1247: The Mother of All Suspicious Files
|The Mother of All Suspicious Files|
Title text: Better change the URL to 'https' before downloading.
You can also see common download syntax for a pirated movie, Hackers, likely included to appear malicious to anyone skimming but is actually a movie about hackers, making it a benign reference rather than malicious. It is described as "_BLURAY_CAM", which contradicts itself ("_BLURAY" would imply it was ripped from a copy on Blu-ray Disc, while "_CAM" would mean it was copied by pointing a camera at the screen in the cinema). "_BLURAY_CAM" would probably indicate a search-keyword-stuffed fake copy; fake pirated media often contain viruses (although this is more likely to be a problem with newer media, before the first real pirated copy appears).
The URL contains the path "~tilde/pub/cia-bin/etc". The first part is a public folder of a user named "tilde" (which is also the name for the ~ symbol), "cgi-bin" is a common folder on a web server for server-side executables (Randall changes the name to "cia-bin"), and "etc" is a standard folder for configuration files – normally never accessible through a web server. The program "init.dll" isn't executable at all, it's a Windows Dynamic Link Library which can't be run standalone, and is rarely referenced in URLs (even though such syntax is still being employed, even on reputable websites (Google search) or here at eBay, indicating the webserver is a Microsoft ASP server). The question mark indicates the start of a parameter list, and in this case we have only one named "FILE".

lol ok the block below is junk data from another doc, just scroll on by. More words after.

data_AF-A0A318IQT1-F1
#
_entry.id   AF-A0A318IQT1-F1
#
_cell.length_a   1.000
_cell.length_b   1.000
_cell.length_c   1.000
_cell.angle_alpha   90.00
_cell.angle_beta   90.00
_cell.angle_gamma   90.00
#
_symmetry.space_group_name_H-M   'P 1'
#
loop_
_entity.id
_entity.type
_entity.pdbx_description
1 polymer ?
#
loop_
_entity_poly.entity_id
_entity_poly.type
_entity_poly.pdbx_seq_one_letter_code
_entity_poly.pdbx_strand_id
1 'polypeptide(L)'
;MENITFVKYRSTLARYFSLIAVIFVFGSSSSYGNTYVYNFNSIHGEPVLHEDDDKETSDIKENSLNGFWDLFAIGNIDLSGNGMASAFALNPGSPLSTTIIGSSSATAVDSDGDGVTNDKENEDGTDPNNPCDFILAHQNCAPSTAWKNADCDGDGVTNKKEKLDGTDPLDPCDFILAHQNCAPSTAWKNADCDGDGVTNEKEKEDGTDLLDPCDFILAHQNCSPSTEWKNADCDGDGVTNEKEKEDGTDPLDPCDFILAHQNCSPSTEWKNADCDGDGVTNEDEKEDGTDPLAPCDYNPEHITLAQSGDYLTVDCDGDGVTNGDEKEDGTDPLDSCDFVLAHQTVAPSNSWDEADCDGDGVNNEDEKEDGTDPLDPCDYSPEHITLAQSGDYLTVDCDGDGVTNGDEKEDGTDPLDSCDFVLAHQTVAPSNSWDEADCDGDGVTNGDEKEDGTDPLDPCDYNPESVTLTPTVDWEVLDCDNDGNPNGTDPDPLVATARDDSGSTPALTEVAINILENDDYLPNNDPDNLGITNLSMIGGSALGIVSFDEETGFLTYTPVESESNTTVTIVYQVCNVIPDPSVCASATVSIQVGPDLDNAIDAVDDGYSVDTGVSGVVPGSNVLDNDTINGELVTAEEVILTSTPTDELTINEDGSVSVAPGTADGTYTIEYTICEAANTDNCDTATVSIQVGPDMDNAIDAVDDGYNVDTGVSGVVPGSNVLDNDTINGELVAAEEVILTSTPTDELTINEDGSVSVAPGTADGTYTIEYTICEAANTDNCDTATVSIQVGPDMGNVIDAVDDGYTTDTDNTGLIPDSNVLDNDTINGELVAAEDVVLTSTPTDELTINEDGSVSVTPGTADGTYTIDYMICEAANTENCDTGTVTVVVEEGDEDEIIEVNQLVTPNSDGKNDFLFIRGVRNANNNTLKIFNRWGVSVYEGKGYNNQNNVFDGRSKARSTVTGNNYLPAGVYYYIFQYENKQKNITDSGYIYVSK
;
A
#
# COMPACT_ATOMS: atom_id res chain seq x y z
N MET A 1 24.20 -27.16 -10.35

The "Save" button is greyed out, suggesting that it is disabled; you can click only the "Cancel" button. For security reasons, some browsers (like Firefox) disable the "Save" button for a few seconds before enabling it. This prevents users from accidentally accepting a download while entering input, like a malicious CAPTCHA.
The complete content sent to the server, starting with "/~tilde..." and ending with "...out.exe", is exactly 256 characters long. On HTML 3 specifications you have a limitation of 1024 characters, whereas later HTML specifications don't have this limit; it just depends on the web server's capabilities. But posting parameters directly at the URL is still a worse choice.
The content of the parameter is shown here: